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#3400257 - 06/18/14 12:52 AM Re: Changing coolant [Re: Kuato]
David1 Offline


Registered: 06/17/13
Posts: 882
Loc: USA, FLA
Originally Posted By: Kuato
Your plan sounds great. Repeat every 18 months or so to maintain the additive level.......I have done this with all my vehicles and NEVER had a coolant related problem since 1985, regardless of the age of the vehicle.


Why do some people say its okay to use Ionized water and then use a addative like Redline Water Wetter or Royal purple coolant addative.

Why do some people think that water deionized or Inonzed water is with a addative is better?
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Valvoline Maxx Life 5W30
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#3400258 - 06/18/14 12:54 AM Re: Changing coolant [Re: raytseng]
David1 Offline


Registered: 06/17/13
Posts: 882
Loc: USA, FLA
What do you think of Valvoline Max Life coolant with
MaxLife™ Antifreeze/Coolant

Recommended for use in ALL Makes, ALL Models and compatible with all colors.

Only coolant with Alugard® Plus to ensure compatibility with all coolants
Developed to work with all automobiles and light duty trucks
Helps protect against cold weather freeze-ups and hot weather boil-overs
Lubricates gaskets and seal


Im not sold on this stuff.. anyone here actually use it and have good results?
_________________________
2002 Honda Accord V6 3.0 Automatic Trans 183000 Miles
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FRAM ULTRA OR FRAM TOUGH GUARD Or HONDA Filtech A01s

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#3400349 - 06/18/14 07:18 AM Re: Changing coolant [Re: DannyBoyG]
MaximaGuy Offline


Registered: 09/20/03
Posts: 720
Loc: Austin, TX
FYI, my brother had a Honda Civic w/ 165K on original coolant. He went by Sears and they told him his coolant needed replacement -- only GOD know what those ignorant $8/hr kids put in there. My brother called me and I told him have no one touch the coolants.

In 6 months time his car was in flames on the freeway, and believe it his wife was driving it .... makes it even better since women never ever see the dash to know what is going on in their vehicles. His radiator had jellied up and blew the HG and what not. He had to pay money to "recycle" a perfectly normal vehicle.

These are the kind of idiooots you will find around in these shops whose owners don't have a formal education don't understand chemistry and metal interaction -- there is a reason why our owners manual only recommends manufacture fluid.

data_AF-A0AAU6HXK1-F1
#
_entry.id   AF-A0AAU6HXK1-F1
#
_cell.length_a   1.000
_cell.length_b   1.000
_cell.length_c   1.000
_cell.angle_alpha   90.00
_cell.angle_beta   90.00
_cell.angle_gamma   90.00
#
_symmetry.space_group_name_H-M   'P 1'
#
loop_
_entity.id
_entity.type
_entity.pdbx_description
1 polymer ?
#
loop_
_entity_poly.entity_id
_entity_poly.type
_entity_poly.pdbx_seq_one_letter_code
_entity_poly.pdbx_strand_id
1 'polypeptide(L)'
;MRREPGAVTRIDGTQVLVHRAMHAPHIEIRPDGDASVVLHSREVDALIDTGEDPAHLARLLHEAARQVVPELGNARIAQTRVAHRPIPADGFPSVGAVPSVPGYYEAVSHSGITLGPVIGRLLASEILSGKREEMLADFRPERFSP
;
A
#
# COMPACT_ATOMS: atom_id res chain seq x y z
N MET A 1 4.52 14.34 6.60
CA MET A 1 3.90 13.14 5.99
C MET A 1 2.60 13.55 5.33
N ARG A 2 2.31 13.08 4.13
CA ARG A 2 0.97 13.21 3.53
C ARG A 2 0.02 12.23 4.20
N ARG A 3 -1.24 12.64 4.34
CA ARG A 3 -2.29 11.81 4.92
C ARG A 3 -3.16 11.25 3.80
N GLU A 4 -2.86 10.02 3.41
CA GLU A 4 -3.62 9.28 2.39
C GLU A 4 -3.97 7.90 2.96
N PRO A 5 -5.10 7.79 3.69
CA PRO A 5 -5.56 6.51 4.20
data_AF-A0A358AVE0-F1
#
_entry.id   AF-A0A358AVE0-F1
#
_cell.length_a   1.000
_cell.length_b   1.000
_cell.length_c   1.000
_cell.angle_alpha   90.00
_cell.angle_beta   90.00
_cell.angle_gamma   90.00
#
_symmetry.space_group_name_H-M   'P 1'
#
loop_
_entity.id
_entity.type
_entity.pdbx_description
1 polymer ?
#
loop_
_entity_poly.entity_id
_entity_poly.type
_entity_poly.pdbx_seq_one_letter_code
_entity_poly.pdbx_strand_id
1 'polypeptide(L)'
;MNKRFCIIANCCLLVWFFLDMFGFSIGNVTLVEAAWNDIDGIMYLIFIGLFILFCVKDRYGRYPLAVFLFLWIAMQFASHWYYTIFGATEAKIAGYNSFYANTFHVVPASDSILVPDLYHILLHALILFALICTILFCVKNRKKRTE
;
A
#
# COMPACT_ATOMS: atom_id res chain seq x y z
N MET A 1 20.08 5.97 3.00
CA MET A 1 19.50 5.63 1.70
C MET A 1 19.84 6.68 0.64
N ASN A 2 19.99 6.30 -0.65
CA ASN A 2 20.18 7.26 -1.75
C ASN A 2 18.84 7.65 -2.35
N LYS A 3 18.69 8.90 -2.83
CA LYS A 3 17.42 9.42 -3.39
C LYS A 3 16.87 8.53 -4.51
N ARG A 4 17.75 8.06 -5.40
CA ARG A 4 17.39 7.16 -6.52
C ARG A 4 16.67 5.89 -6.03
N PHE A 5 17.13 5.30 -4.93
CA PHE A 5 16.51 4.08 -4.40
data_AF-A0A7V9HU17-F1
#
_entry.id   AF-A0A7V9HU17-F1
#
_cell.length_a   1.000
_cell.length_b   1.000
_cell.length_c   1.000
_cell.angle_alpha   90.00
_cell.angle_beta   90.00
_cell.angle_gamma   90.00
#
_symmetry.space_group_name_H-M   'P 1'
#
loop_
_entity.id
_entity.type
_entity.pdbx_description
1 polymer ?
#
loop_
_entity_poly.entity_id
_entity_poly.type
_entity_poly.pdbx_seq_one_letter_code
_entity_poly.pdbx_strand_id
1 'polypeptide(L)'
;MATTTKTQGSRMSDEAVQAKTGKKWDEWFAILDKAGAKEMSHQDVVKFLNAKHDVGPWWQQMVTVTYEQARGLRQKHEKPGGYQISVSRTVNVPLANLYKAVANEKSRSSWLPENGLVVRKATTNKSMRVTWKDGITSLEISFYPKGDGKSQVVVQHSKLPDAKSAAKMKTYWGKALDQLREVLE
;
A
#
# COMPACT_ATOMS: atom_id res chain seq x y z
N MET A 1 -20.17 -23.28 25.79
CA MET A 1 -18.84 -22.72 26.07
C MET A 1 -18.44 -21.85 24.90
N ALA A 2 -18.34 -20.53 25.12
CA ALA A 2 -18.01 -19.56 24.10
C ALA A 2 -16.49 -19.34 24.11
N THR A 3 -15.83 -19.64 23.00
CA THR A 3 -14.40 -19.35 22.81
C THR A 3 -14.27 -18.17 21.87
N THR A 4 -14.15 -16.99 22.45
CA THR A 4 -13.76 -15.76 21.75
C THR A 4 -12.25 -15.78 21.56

Any folks stop complaining about the cost of coolants -- I would spend $60 for 2 gallons of OEM coolant that I wouldn't touch for 80-100K miles (same w/ spark plugs always OEM, I monkeyed w/ non-OEM and there are sordid stories to reflect upon). Americans spend more money filling their tanks driving their behemoths on the roads and complain when it comes to $2 tolls.


Edited by MaximaGuy (06/18/14 07:22 AM)
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#3400618 - 06/18/14 01:15 PM Re: Changing coolant [Re: DannyBoyG]
KrisZ Offline


Registered: 12/23/06
Posts: 4267
Loc: Toronto, Canada
IMO, but the importance of sticking to OEM coolants is totally blown out of proportion here.
Yes, different chemistries may not play well with each other and I'm fully against mixing different types of coolants. But if the system is fully flushed, I don't see any advantage of OEM coolants, especially the ones that can only be bought at the dealer.

Fear is what sells most overpriced OEM fluids.


Edited by KrisZ (06/18/14 01:17 PM)
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#3401015 - 06/18/14 09:46 PM Re: Changing coolant [Re: KrisZ]
artificialist Offline


Registered: 09/23/07
Posts: 6899
Loc: Florida
Originally Posted By: KrisZ
IMO, but the importance of sticking to OEM coolants is totally blown out of proportion here.
Yes, different chemistries may not play well with each other and I'm fully against mixing different types of coolants. But if the system is fully flushed, I don't see any advantage of OEM coolants, especially the ones that can only be bought at the dealer.